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Analytical models for the characterization of the response of column base connections (i.e. exposed and embedded base plates) are developed and implemented in the Open System for Earthquake Engineering Simulation (OpenSees) software framework. These analytical models are validated against large-scale experimental programs conducted in different research institutions. The suggested analytical models are utilized to assess the performance of Steel Special Moment Resisting Frames (SMRFs) in the Performance Base Assessment/Design Framework. Specifically, this dissertation presents four studies:

1) A new hysteretic model formulation to capture the peculiar flag-shaped cyclic moment-rotation response of exposed base plates is proposed. This model is developed based on the physical processes involved in the hysteresis response. Five tests from a large scale experimental program at UC-Davis are used to calibrate the parameters of the proposed model.

2) A method is detailed to characterize the rotational stiffness of embedded column base connections. The method considers deformations of the components within the connection. The results are assessed against 9 tests from two experimental programs (ay UC-Davis and Brigham Young University).

3) The seismic demands on column base connections are investigated through a series of nonlinear time history simulations on 2-, 4-, 8-, and 12-story SMRFs. The 2- and 4- story frames feature exposed base plate type connections, whereas the 8-, and 12- story frames feature embedded connections. Results indicate that for exposed base plate connections, failure is likely to be controlled by the minimum axial compression accompanied by high moment. When embedded base connections are specified, the response is largely controlled by moment.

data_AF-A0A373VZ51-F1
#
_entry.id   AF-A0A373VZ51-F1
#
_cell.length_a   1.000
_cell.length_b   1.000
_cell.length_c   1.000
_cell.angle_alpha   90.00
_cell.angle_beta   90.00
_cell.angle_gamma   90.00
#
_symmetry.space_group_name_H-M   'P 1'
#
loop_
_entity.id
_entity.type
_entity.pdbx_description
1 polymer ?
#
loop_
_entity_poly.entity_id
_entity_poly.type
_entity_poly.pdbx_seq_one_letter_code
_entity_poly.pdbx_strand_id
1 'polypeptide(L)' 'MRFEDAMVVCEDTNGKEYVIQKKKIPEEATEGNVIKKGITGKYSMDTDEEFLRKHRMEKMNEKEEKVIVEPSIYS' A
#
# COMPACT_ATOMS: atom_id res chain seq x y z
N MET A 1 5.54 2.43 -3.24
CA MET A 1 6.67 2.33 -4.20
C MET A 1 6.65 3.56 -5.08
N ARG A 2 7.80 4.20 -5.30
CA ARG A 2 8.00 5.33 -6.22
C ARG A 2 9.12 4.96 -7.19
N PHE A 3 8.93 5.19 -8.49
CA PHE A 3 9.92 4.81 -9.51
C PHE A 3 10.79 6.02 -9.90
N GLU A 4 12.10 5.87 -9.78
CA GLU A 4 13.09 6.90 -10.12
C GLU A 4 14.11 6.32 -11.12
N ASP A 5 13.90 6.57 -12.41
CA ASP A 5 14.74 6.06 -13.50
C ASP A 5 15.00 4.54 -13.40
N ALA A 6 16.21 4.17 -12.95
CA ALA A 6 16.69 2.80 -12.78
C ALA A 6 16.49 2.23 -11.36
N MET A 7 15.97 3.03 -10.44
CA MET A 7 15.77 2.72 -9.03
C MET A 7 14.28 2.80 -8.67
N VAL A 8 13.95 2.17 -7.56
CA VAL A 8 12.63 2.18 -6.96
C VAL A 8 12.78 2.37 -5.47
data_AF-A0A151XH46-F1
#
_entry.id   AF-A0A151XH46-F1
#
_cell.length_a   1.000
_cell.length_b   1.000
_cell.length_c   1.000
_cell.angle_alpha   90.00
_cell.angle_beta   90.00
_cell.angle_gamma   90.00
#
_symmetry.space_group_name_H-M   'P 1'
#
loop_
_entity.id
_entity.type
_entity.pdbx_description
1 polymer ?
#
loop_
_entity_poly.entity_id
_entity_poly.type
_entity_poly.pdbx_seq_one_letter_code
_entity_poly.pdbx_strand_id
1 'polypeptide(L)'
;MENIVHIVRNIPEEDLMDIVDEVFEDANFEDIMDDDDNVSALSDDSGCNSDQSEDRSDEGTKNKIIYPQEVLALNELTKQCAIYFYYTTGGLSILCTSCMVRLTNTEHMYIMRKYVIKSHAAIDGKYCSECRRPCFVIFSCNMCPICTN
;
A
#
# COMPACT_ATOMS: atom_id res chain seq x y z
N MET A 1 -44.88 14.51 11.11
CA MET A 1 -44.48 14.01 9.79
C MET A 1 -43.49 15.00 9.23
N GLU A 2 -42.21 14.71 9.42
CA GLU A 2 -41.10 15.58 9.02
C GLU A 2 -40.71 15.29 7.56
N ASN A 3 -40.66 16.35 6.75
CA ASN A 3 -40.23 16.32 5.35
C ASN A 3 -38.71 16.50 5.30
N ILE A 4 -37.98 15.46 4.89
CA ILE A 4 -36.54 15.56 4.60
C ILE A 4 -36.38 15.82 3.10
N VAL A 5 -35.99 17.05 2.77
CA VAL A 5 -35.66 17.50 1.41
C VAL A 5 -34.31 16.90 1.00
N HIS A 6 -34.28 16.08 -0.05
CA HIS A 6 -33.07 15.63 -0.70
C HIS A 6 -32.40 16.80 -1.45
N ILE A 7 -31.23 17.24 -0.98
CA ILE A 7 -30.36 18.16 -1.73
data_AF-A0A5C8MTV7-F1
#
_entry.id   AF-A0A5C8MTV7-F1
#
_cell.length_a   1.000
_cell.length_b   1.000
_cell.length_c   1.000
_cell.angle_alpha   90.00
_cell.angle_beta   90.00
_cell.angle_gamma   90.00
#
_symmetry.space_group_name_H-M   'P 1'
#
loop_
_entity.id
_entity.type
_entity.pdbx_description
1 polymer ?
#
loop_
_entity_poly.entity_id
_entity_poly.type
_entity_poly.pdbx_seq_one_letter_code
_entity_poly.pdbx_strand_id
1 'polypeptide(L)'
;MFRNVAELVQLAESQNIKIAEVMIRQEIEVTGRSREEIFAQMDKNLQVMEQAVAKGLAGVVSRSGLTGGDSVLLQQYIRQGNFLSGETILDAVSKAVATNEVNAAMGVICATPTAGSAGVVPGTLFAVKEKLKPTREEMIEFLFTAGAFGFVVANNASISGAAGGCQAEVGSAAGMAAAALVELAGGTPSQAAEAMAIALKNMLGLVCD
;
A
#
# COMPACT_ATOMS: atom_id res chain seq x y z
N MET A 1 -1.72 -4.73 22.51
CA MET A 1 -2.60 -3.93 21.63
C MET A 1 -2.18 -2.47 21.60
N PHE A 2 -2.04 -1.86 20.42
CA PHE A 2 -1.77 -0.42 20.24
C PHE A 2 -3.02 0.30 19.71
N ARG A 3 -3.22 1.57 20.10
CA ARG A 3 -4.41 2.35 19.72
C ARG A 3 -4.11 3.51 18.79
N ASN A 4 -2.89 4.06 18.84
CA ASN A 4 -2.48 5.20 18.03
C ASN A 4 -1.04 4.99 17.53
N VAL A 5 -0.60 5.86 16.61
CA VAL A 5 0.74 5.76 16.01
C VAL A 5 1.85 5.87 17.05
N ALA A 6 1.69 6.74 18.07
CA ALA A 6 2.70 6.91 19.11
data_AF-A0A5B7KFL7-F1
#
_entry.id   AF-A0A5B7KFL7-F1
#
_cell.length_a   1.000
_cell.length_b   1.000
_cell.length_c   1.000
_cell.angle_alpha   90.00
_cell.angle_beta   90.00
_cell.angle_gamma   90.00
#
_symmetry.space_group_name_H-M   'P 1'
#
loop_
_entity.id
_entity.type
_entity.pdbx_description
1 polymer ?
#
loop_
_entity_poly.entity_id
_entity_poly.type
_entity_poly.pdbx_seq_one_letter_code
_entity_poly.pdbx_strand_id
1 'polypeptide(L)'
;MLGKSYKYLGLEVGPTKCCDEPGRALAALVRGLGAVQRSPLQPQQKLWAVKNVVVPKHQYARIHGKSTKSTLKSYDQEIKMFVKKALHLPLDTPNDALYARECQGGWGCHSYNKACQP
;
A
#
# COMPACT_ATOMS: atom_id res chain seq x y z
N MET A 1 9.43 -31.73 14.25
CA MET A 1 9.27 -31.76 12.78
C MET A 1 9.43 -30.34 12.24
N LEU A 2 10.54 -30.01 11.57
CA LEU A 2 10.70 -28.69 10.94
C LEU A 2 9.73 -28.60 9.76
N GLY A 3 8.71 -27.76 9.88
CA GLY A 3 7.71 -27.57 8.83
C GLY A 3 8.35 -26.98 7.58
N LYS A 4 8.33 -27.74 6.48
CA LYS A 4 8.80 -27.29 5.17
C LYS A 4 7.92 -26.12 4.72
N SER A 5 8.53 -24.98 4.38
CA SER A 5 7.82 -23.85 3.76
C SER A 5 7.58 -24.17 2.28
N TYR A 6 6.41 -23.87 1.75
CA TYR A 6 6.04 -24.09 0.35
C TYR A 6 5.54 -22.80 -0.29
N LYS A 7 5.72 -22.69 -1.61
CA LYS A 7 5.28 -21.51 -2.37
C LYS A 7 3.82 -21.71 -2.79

4) An approach to simulate the hysteretic and dissipative response of embedded base connections is described. This approach simulates embedded connections as an arrangement of two springs in parallel to reflect moment contributions due to horizontal and vertical bearing stresses. The resultant model is fit to five large-scale tests to calibrate its parameters.

The intention of these four studies is to contribute to a deeper understanding and more accurate characterization of the response of column base connections of Steel Moment Frames subjected to seismic loads.

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